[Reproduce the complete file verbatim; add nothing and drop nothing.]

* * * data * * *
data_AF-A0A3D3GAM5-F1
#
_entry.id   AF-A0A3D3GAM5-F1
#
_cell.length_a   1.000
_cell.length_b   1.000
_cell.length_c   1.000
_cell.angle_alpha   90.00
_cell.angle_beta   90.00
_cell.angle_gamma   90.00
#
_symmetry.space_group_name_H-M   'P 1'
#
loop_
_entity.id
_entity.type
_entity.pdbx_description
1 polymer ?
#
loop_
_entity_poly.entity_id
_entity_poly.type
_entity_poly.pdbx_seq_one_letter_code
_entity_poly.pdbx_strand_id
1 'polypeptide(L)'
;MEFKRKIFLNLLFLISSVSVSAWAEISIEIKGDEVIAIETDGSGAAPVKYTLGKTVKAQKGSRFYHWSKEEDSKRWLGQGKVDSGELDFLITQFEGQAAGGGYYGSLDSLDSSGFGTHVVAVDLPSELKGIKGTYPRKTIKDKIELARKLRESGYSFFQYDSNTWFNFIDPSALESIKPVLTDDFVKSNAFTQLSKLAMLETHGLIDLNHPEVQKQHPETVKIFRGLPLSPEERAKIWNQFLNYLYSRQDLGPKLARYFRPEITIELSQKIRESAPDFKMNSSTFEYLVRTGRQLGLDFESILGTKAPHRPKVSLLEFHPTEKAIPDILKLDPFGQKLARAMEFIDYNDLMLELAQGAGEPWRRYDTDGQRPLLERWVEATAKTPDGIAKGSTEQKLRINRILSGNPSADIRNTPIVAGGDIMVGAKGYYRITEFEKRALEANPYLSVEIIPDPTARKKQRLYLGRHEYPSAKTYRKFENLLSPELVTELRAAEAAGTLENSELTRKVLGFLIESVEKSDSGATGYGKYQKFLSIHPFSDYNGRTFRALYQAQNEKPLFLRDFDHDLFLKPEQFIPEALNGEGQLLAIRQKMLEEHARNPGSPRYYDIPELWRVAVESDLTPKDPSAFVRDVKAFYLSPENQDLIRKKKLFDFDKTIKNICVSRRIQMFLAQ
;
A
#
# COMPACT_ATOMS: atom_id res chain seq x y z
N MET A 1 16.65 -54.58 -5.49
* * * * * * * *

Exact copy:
data_AF-A0A3D3GAM5-F1
#
_entry.id   AF-A0A3D3GAM5-F1
#
_cell.length_a   1.000
_cell.length_b   1.000
_cell.length_c   1.000
_cell.angle_alpha   90.00
_cell.angle_beta   90.00
_cell.angle_gamma   90.00
#
_symmetry.space_group_name_H-M   'P 1'
#
loop_
_entity.id
_entity.type
_entity.pdbx_description
1 polymer ?
#
loop_
_entity_poly.entity_id
_entity_poly.type
_entity_poly.pdbx_seq_one_letter_code
_entity_poly.pdbx_strand_id
1 'polypeptide(L)'
;MEFKRKIFLNLLFLISSVSVSAWAEISIEIKGDEVIAIETDGSGAAPVKYTLGKTVKAQKGSRFYHWSKEEDSKRWLGQGKVDSGELDFLITQFEGQAAGGGYYGSLDSLDSSGFGTHVVAVDLPSELKGIKGTYPRKTIKDKIELARKLRESGYSFFQYDSNTWFNFIDPSALESIKPVLTDDFVKSNAFTQLSKLAMLETHGLIDLNHPEVQKQHPETVKIFRGLPLSPEERAKIWNQFLNYLYSRQDLGPKLARYFRPEITIELSQKIRESAPDFKMNSSTFEYLVRTGRQLGLDFESILGTKAPHRPKVSLLEFHPTEKAIPDILKLDPFGQKLARAMEFIDYNDLMLELAQGAGEPWRRYDTDGQRPLLERWVEATAKTPDGIAKGSTEQKLRINRILSGNPSADIRNTPIVAGGDIMVGAKGYYRITEFEKRALEANPYLSVEIIPDPTARKKQRLYLGRHEYPSAKTYRKFENLLSPELVTELRAAEAAGTLENSELTRKVLGFLIESVEKSDSGATGYGKYQKFLSIHPFSDYNGRTFRALYQAQNEKPLFLRDFDHDLFLKPEQFIPEALNGEGQLLAIRQKMLEEHARNPGSPRYYDIPELWRVAVESDLTPKDPSAFVRDVKAFYLSPENQDLIRKKKLFDFDKTIKNICVSRRIQMFLAQ
;
A
#
# COMPACT_ATOMS: atom_id res chain seq x y z
N MET A 1 16.65 -54.58 -5.49